Drafted in the 20th round in 1953 by the Cleveland Browns, he played seven seasons under Hall of Fame coach Paul Brown. One of his roles was as a "messenger" guard carrying in plays from the sideline.
He got into coaching as an offensive assistant with the Los Angeles Chargers of the American Football League before joining Shula's staff with Baltimore from 1966-68.
After some preliminary discussion in 1969 with Penn State coach Joe Paterno, who had no interest in the job, the Steelers turned to Noll, who had been with the Colts through their stunning loss to the New York Jets in Super Bowl III. Shula gave the Steelers a solid recommendation for Noll.
In his initial discussion with the Steelers, Noll didn't sugarcoat the challenges ahead. Pittsburgh was a team with a talent deficit and a history of making bad choices with draft picks or just trading them. Noll's first objective was to teach winning fundamentals.
Noll set the bar high at his first news conference when he was asked about Pittsburgh's losing history. "We'll change history. Losing has nothing to do with geography," Noll replied.
Shortly after his hiring in Pittsburgh, Noll collaborated with the Steelers scouting staff on putting the first block in place to build a champion. With the fourth pick in the draft, the Steelers selected a defensive tackle from North Texas State, "Mean" Joe Greene. Many fans wanted a quarterback. "Joe Who?" said a Pittsburgh newspaper headline.
Greene went on to become a member of the Pro Football Hall of Fame. But during his rookie year in 1969, the Steelers went 1-13. Noll didn't panic, didn't give up draft picks in trades that might provide quick fixes.
That 1-13 record gave Pittsburgh the top draft pick the following year, and they selected quarterback Terry Bradshaw from Louisiana Tech. In the third round, they got cornerback Mel Blount from Southern. Two more Hall of Famers.
In the 1971 draft, they added future Hall of Fame linebacker Jack Ham. In the 1974 draft, they got four more future Hall of Famers: wide receivers Lynn Swann and John Stallworth, linebacker Jack Lambert and center Mike Webster.
When Noll spoke, team listened
After the Steelers went 5-9 in 1970 and 6-8 in 1971, it came together for Noll in 1972. The Steelers won their first division title with an 11-3 record and followed with their first playoff win — against the Oakland Raiders, provided by the "Immaculate Reception" of rookie running back Franco Harris of Penn State (another Hall of Famer).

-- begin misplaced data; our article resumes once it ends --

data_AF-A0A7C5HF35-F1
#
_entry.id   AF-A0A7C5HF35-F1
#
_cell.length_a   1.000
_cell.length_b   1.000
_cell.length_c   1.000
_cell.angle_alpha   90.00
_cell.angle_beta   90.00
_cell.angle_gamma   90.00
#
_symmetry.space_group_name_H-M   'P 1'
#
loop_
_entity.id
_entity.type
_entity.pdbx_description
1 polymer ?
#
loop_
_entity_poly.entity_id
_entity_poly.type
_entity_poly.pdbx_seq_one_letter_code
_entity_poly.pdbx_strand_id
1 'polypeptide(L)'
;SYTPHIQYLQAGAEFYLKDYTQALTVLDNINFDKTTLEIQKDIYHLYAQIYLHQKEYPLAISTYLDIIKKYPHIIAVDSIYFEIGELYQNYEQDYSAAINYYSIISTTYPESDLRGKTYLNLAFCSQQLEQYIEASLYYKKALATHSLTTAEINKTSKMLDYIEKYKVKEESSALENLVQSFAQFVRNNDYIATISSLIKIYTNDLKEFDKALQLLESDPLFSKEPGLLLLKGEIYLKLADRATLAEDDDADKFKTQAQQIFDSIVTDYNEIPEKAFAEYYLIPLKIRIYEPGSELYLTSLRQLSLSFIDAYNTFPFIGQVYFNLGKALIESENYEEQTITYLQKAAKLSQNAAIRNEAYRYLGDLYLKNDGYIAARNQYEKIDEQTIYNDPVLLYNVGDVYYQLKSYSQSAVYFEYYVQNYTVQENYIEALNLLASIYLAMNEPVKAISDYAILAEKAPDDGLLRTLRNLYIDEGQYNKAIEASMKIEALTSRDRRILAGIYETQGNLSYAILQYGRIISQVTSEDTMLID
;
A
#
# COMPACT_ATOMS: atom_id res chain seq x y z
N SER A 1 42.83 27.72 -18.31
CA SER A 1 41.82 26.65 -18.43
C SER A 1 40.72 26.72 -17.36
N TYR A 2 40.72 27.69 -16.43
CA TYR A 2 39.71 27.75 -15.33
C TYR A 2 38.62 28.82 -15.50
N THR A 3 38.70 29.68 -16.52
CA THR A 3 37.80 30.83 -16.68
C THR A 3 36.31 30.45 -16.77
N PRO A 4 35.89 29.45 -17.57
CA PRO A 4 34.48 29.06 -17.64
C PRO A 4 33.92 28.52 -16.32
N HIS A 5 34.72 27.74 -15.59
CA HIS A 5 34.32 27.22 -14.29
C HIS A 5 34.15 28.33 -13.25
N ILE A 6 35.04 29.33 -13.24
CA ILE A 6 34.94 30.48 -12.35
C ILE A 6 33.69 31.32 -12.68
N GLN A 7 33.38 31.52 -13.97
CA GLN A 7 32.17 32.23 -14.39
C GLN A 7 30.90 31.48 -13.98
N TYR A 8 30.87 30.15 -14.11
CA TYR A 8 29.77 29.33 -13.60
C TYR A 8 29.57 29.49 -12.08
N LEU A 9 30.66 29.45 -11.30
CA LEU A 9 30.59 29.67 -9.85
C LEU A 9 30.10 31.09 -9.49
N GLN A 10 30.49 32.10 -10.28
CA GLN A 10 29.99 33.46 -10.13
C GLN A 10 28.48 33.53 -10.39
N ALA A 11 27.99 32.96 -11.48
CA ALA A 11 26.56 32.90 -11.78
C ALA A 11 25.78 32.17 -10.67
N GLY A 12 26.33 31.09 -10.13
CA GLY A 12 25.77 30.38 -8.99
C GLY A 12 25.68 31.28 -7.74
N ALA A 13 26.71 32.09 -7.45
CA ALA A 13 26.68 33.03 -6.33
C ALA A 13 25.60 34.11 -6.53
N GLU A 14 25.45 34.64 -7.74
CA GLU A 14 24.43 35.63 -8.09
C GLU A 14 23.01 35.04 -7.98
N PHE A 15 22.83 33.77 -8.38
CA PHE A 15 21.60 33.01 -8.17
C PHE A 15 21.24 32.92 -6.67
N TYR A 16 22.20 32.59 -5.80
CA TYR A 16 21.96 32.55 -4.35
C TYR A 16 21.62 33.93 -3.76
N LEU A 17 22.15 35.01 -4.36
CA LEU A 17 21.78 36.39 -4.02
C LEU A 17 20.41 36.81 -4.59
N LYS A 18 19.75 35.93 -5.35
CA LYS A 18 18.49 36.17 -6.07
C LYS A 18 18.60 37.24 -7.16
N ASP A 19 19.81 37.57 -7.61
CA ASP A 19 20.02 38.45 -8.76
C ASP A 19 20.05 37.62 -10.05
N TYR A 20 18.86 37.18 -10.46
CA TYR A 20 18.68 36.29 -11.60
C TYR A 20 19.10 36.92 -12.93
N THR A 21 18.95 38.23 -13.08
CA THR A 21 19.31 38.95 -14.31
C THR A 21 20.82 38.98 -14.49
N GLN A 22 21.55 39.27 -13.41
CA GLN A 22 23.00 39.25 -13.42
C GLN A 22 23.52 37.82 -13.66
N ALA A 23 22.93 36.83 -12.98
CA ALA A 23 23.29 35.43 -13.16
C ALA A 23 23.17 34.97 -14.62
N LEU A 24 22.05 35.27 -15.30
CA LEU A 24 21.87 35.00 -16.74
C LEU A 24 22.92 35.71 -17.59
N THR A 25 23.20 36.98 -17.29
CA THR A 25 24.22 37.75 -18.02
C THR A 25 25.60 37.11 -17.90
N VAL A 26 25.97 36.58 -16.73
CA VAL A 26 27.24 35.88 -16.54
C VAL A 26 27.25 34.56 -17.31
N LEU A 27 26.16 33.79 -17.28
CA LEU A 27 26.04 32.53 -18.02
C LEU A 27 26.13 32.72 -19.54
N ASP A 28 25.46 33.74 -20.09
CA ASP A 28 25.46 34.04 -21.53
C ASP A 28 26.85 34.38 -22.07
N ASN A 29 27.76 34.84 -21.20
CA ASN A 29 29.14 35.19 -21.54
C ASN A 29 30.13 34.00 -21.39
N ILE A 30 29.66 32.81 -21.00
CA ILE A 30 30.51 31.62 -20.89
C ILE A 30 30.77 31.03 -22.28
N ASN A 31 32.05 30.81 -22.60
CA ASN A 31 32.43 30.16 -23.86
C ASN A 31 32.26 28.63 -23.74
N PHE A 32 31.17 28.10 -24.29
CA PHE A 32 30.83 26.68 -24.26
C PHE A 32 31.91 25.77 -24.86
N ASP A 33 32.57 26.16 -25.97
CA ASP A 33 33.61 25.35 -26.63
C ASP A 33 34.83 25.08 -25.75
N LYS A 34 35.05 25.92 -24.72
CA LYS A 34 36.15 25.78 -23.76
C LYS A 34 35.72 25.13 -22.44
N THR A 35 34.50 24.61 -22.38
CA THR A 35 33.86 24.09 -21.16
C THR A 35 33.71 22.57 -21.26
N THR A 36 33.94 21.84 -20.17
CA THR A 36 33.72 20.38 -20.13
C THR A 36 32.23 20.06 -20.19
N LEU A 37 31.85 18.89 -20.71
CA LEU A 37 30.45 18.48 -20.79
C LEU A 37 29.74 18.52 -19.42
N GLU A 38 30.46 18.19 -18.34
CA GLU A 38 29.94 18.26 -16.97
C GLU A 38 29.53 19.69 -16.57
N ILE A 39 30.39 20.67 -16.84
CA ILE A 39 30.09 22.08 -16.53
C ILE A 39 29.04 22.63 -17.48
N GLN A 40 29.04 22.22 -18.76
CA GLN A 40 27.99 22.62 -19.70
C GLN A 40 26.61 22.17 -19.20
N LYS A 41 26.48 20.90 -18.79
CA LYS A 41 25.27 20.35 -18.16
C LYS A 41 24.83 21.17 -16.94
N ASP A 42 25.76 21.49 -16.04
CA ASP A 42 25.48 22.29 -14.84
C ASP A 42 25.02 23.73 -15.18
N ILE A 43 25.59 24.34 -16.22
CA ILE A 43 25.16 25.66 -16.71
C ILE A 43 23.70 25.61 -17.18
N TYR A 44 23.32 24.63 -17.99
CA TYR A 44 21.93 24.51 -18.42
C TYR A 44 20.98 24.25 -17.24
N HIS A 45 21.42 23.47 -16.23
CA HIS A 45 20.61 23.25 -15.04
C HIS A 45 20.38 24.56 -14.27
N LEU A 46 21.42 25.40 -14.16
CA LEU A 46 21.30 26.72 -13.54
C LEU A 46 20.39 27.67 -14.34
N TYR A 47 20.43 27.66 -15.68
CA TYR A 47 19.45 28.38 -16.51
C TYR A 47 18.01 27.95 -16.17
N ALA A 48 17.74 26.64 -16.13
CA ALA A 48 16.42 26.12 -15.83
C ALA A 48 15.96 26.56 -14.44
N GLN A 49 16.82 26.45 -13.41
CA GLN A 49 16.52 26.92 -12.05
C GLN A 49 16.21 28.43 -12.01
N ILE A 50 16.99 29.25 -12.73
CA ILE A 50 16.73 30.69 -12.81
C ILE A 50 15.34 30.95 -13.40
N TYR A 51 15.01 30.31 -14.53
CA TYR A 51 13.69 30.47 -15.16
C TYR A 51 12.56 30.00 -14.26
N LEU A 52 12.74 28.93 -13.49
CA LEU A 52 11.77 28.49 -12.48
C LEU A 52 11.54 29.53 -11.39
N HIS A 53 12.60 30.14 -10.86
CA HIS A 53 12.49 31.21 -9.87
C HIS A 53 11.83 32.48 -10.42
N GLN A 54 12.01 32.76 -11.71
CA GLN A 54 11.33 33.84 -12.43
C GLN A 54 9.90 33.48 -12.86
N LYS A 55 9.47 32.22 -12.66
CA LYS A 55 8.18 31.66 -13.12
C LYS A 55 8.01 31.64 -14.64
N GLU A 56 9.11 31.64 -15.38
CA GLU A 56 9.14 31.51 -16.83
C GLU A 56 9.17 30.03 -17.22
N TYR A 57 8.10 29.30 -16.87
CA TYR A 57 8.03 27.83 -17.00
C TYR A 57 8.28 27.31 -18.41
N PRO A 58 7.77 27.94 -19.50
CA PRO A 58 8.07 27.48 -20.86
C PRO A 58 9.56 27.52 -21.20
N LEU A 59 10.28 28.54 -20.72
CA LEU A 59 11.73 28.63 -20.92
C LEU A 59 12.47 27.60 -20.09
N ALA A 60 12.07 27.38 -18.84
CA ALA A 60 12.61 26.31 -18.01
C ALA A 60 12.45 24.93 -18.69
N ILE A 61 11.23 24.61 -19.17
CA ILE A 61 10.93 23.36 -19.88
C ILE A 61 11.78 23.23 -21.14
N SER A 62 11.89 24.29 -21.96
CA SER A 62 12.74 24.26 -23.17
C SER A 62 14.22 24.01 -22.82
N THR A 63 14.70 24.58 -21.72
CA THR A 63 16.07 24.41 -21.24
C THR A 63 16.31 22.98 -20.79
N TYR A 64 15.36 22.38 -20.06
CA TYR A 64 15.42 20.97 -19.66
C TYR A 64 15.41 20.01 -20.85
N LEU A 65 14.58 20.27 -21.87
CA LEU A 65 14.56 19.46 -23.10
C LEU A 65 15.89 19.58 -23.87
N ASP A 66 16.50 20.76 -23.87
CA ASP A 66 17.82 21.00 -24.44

Noll wasn't much for gung-ho coaching rhetoric or fist-pumping on the sideline. But when he spoke, the team listened.
In the 1974 postseason, the Steelers opened with a win at the Buffalo Bills. Next up was the AFC title game at Oakland. The Raiders had just beaten the Dolphins in a game that many had billed as a matchup of the best teams in the NFL.
In a 2009 article on ESPN.com, Greene recalled Noll's message that week in the '74 postseason to his team.
"He said, 'Guys, the people in Oakland think the Super Bowl was played yesterday (against Miami) and that the best team was in that game,' " said Greene. "I want you guys to know the Super Bowl will be played two weeks from now, and the best team in the National Football League is sitting right here."
The final: Pittsburgh 24, Oakland 13.
The Steelers followed with their first Super Bowl win, against the Minnesota Vikings.
Not a fan of free agency
In the '70s, Pittsburgh had to contend with the Raiders and the Dallas Cowboys. They didn't have to deal with losing players to free agency. There was no free agency. Noll kept the same core of key players throughout the decade.
One of Noll's axioms was that it was never a good idea to make a major decision based on money.
In 1981, after the Steelers drafted defensive end Keith Gary from Oklahoma, Gary signed with the Montreal Alouettes of the Canadian Football League rather than agree to terms with Pittsburgh.